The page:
When a white Hispanic neighborhood-watch volunteer admitted to police that he had shot and killed an unarmed black teenager -- and police accepted his assertion that he did so in self-defense -- it was "taking off the scab of the wound" in Sanford, Fla.
“It’s not the officers who are out and about. It’s the leadership,” Lowman Oliver, pastor of the Sanford St. Paul Missionary Baptist Church, told The Huffington Post. “When you are the recipient of a different kind of treatment, it’s taking off the scab of the wound. Going all the way back ... you’re even going into the history of when blacks were treated as property.”
The tension that the killing of 17-year-old Trayvon Martin has exposed, residents and community leaders say, is not between blacks and Latinos, or blacks and whites. It’s a fresh gash in the festering rancor between the community’s blacks and its police.
Sanford abuts Orlando, almost center in Florida’s midsection. The city’s website paints an idyllic portrait of gazebos, galleries and green.
“Sanford, one of Central Florida’s oldest incorporated cities, is home to brick lined streets, towering oaks, elegant store-fronts and large, nineteenth-century Victorian homes. The downtown, which once featured feed stores and dry good sellers, now showcases antique shops, restaurants and art galleries ...”
Last month, though, what residents describe as a fragile peace between the city's police and the black community was shattered when, according to authorities, George Zimmerman shot and killed Martin.
So now, the city has added a link amid the idyllic images on its website -- to information about the Martin investigation. It includes an open letter from the city manager, and links to the recordings of the 911 calls that have been their own source of friction and, after their release, a source of further contention over the handling of the case.
This much is known: Zimmerman, 28, who neighbors said was “fixated on crime and focused on young, black males,” was out patrolling his gated community on the lookout for crime. He called 911 to report a “real suspicious” person “just walking around.” Zimmerman followed the person -- Martin -- despite the dispatcher’s admonition not to.
Zimmerman had a 9mm handgun. Martin had a bag of Skittles, a can of iced tea and a cellphone.
A few minutes later, Martin was dead.
A state grand jury is being convened. The U.S. Justice Department has also stepped in to conduct its own investigation.
Police have inadvertently helped fuel the case’s racial overtones by initially describing Zimmerman simply as white. His father, however, stepped in to say that his son is, in fact, Hispanic, and not in any way a racist.
“George is a Spanish speaking minority with many black family members and friends,” Robert Zimmerman wrote in a one-page statement delivered to the Orlando Sentinel. “He would be the last to discriminate for any reason whatsoever.”
But the statement did little to quell the unrest in Sanford, where blacks account for 30 percent of the residents, Hispanics 20 percent and non-Hispanic whites 57 percent.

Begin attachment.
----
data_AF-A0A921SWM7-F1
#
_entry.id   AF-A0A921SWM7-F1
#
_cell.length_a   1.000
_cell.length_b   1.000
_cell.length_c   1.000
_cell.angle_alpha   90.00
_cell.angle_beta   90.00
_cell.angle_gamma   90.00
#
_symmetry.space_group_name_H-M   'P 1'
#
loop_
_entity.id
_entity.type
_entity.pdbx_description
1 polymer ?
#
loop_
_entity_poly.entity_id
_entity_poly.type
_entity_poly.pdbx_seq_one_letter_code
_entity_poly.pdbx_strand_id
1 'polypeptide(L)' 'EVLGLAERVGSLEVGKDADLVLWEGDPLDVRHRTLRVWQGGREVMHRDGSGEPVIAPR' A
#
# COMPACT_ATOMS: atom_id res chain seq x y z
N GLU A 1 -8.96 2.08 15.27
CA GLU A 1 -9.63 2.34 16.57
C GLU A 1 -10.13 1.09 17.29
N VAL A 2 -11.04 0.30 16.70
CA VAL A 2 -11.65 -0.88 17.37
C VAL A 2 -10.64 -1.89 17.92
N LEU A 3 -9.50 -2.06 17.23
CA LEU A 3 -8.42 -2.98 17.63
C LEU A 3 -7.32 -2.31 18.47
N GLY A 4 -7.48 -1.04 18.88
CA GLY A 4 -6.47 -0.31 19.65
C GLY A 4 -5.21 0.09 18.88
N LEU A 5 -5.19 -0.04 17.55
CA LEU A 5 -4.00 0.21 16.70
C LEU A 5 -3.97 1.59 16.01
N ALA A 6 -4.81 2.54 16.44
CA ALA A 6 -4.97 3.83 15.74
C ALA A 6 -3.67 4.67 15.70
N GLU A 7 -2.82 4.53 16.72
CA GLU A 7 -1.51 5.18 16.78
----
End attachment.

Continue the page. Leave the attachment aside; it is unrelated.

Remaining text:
Members of the black community there say they see the treatment of Zimmerman as the latest in a historic string of incidents where they believe blacks have not received the same measure of justice. They recall the case of Travares McGill, shot by white security guards in 2005 -- one the son of a longtime Sanford police officer, the other a department volunteer. The guards were acquitted.
And, more recently, the 2010 beating of a black homeless man by a white teen. The beating was caught on videotape. Police waited seven weeks to arrest a suspect -- the son of a Sanford Police lieutenant.
“It’s not the first time the judgment of the police department has been put in question,” the Rev. L. Ronald Durham of Greater Friendship Baptist Church in Daytona Beach, Fla., who also has Sanford residents in his congregation, told The Huffington Post, "which indicates to me that there is, at least in the recent past there has been, a history of things not being addressed when it came to the perpetrator being Caucasian and the victim being African-American.”
The case has drawn national attention. Durham is working with Rev. Al Sharpton to host a rally in Sanford on Thursday in support of Martin’s family.
But community members say that the ire over Martin's death has not been directed at Latinos.
“No way. No way,” Oliver, the pastor, told The Huffington Post. Racial tension is not a problem among Sanford’s minorities, he said. “Not between blacks and Hispanics. That doesn’t even exist, I believe, to a great multitude between blacks and whites in Sanford. No.”
On that, several blacks and Hispanics in Sanford agree.
“I see it as an isolated case,” Sanford real estate agent Jose Rodriguez told The Huffington Post. “I don’t have any knowledge that there is any kind of friction between the races. No. I don’t see it.”
Peter Vivaldi, the Florida representative of the National Latino Evangelical Coalition, is joining forces with Sanford’s pastors to demand justice for Trayvon Martin’s family.
“We’re seeing the faith-based community come together, civic leaders come together, so I’m trying to fit in with that to let them know our support,” Vivaldi told The Huffington Post.
But the tension with the police, Sanford residents say, is very real. And the killing of Trayvon Martin has become a rallying point for the black community to insist on change.
Said Oliver, “We will not be treated as less than human beings."